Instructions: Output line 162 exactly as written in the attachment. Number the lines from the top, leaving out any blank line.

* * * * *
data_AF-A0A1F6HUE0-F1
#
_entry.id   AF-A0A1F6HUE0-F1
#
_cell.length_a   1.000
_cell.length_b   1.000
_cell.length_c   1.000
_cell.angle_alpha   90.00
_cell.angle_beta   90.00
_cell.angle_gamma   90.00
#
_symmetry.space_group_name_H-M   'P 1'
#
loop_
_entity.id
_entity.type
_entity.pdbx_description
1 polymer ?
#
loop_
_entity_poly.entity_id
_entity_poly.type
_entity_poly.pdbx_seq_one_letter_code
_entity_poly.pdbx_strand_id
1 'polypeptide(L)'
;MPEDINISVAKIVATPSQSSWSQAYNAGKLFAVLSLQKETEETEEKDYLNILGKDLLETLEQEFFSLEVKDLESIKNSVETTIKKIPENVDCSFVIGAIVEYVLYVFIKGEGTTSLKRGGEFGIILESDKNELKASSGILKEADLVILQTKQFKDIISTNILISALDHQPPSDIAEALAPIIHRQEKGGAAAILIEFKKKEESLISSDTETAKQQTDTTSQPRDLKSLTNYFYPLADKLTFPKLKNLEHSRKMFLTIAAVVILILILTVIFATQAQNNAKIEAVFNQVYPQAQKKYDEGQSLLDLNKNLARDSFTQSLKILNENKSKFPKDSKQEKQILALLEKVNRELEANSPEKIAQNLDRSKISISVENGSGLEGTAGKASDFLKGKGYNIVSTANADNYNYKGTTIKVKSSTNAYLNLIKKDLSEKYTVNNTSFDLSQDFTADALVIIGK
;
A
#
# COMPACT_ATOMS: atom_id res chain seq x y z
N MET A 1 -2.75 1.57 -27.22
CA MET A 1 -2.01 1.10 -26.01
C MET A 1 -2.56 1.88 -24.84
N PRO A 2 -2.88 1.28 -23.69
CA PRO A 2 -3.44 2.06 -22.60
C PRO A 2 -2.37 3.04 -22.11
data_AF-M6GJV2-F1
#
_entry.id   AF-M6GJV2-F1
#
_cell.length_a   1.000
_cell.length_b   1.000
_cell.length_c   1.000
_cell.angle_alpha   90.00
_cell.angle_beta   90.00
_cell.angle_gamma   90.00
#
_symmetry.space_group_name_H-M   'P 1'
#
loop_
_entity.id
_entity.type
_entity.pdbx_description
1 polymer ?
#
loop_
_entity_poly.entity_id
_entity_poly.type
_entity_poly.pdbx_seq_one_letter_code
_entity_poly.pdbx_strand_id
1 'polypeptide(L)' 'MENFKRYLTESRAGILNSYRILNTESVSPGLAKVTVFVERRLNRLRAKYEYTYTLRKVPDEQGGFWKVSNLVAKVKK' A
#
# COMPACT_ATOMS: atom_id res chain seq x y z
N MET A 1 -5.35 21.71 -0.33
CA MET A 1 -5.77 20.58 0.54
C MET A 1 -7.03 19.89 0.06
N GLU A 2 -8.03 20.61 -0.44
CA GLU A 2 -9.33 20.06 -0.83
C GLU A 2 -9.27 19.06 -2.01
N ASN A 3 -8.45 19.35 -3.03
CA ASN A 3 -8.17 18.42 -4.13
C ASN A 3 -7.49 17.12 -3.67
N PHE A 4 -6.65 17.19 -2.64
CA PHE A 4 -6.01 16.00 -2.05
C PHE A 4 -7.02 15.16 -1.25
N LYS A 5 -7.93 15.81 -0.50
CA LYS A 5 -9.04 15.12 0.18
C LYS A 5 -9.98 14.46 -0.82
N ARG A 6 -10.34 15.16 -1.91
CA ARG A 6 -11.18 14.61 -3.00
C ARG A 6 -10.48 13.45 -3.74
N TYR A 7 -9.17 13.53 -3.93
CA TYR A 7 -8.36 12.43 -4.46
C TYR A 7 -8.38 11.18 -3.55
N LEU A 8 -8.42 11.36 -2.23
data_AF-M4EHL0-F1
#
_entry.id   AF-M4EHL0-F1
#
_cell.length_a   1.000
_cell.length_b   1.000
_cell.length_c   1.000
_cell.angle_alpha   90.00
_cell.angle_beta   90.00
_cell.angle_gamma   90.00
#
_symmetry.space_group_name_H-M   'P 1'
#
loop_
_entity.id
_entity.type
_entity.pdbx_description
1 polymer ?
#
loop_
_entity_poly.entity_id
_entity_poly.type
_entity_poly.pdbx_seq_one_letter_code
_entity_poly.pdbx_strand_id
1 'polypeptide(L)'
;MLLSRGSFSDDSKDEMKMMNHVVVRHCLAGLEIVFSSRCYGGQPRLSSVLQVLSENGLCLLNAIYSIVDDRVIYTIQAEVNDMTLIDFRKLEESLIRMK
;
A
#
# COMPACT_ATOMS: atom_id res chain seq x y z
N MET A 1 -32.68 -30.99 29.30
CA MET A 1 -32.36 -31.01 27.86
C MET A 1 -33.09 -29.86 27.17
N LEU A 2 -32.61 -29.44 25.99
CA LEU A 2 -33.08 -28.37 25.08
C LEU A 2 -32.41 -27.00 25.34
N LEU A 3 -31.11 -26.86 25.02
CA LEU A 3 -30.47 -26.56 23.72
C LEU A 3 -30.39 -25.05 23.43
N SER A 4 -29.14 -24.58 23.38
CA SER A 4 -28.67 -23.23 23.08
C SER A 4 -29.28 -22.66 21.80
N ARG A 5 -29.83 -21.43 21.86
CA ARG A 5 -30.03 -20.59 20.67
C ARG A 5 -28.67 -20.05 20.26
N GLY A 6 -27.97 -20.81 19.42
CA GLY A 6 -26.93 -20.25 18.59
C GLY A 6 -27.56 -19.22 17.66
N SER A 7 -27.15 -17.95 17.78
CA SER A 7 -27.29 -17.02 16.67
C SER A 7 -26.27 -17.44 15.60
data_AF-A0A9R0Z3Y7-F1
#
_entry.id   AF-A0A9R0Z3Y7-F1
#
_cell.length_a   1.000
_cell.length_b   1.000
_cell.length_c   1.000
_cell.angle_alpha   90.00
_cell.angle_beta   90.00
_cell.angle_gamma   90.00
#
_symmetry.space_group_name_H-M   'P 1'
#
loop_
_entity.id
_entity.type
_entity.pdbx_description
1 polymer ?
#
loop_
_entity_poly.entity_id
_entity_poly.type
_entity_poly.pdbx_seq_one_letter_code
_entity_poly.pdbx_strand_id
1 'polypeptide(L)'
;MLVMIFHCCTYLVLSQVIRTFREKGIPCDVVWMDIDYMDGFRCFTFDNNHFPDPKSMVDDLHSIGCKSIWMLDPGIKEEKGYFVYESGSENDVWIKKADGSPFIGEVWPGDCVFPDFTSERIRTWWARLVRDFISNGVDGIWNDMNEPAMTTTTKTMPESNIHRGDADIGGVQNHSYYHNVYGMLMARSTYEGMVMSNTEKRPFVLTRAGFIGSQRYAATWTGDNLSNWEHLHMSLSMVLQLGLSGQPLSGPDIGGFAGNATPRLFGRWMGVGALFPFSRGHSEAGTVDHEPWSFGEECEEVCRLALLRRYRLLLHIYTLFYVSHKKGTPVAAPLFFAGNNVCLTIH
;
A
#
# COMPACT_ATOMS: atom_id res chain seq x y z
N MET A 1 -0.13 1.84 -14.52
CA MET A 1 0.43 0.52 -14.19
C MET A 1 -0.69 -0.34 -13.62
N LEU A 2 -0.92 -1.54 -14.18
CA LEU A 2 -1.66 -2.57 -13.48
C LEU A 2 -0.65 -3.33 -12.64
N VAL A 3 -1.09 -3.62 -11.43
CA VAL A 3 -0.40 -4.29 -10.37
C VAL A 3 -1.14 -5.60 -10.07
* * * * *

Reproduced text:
;MLVMIFHCCTYLVLSQVIRTFREKGIPCDVVWMDIDYMDGFRCFTFDNNHFPDPKSMVDDLHSIGCKSIWMLDPGIKEEKGYFVYESGSENDVWIKKADGSPFIGEVWPGDCVFPDFTSERIRTWWARLVRDFISNGVDGIWNDMNEPAMTTTTKTMPESNIHRGDADIGGVQNHSYYHNVYGMLMARSTYEGMVMSNTEKRPFVLTRAGFIGSQRYAATWTGDNLSNWEHLHMSLSMVLQLGLSGQPLSGPDIGGFAGNATPRLFGRWMGVGALFPFSRGHSEAGTVDHEPWSFGEECEEVCRLALLRRYRLLLHIYTLFYVSHKKGTPVAAPLFFAGNNVCLTIH